Race was defined as either white, African American, or other/unknown. Comorbidities were quantified via Charlson/Deyo comorbidity index, and stage was defined by American Joint Cancer Committee 7th edition clinical staging. Income data in the patients’ residence census tract were provided as quartiles and reported here as above or below the median. Population classification was based on typology published by the USDA Economic Research Service, facility type was assigned according to Commission on Cancer accreditation category, and insurance status was reported on the admission page.
Statistical analysis was performed via Medcalc version 18, with the methodology reported elsewhere (17-19). Summary statistics were reported for discrete variables, and binomial multivariable logistic regression was used to compare socioeconomic, clinical, and treatment characteristics between the SBRT and PBT groups. Overall survival (OS) was calculated from the date of diagnosis to the date of death or censored at last contact using Kaplan-Meier methodology. Multivariable survival analysis was performed for all characteristics listed on Table 1 by first performing independent univariate survival analyses, and statistically significant factors were then entered in a hierarchical fashion using “enter” selection of the covariates’ likelihood ratios. Adjusted hazard ratios (HR) and 95% confidence interval (CI) are reported, with α=0.05 used to indicate statistical significance.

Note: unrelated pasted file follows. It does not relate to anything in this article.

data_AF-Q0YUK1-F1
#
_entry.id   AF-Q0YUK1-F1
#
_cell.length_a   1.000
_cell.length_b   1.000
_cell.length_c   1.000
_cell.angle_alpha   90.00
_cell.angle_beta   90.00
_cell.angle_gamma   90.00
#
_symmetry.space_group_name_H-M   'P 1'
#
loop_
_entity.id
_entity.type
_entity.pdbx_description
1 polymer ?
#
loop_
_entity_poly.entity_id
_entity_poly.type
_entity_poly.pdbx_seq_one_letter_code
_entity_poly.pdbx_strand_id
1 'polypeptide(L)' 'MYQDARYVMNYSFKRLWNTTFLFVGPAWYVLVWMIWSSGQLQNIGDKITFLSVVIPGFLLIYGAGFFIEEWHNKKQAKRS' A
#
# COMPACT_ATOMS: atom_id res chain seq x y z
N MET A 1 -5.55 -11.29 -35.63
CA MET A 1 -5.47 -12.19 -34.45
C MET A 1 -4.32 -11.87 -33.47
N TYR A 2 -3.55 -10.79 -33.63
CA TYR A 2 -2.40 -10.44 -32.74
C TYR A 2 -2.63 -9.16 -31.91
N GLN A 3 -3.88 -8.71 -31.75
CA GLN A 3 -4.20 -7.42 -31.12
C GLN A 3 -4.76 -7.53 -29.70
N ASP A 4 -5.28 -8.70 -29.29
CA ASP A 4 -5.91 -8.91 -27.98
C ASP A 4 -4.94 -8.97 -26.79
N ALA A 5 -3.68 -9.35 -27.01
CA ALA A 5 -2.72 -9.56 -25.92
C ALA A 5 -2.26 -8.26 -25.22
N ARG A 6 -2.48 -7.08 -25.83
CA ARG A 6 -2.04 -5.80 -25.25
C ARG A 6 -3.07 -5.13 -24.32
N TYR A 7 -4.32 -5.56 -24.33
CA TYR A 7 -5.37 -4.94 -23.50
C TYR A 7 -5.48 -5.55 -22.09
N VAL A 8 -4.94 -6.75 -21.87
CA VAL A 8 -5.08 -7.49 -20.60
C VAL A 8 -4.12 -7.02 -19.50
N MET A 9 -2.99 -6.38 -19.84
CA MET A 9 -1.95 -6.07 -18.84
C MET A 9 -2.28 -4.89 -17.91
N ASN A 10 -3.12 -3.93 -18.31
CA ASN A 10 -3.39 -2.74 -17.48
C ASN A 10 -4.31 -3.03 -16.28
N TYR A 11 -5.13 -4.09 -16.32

Propensity score analysis was used to account for indication bias caused by lack of randomization (20-22). Propensity scores were calculated by multivariable logistic regression to provide a score reflecting the conditional probability of undergoing SBRT or PBT. The propensity model included observable variables significantly associated with SBRT/PBT selection on multivariable logistic regression, including race, comorbidity score, education level, facility type, region, population density, tumor size, and year of diagnosis. Subsequently, we constructed a pseudo population using the case control function with exact matches based on calculated propensity score, yielding a matched population of 56 patients in each treatment group. To strengthen the assumption of balance between groups, a bivariate regression analysis was performed for all variables included in the propensity-matched analysis, confirming no differences between SBRT and PBT groups (Table 2).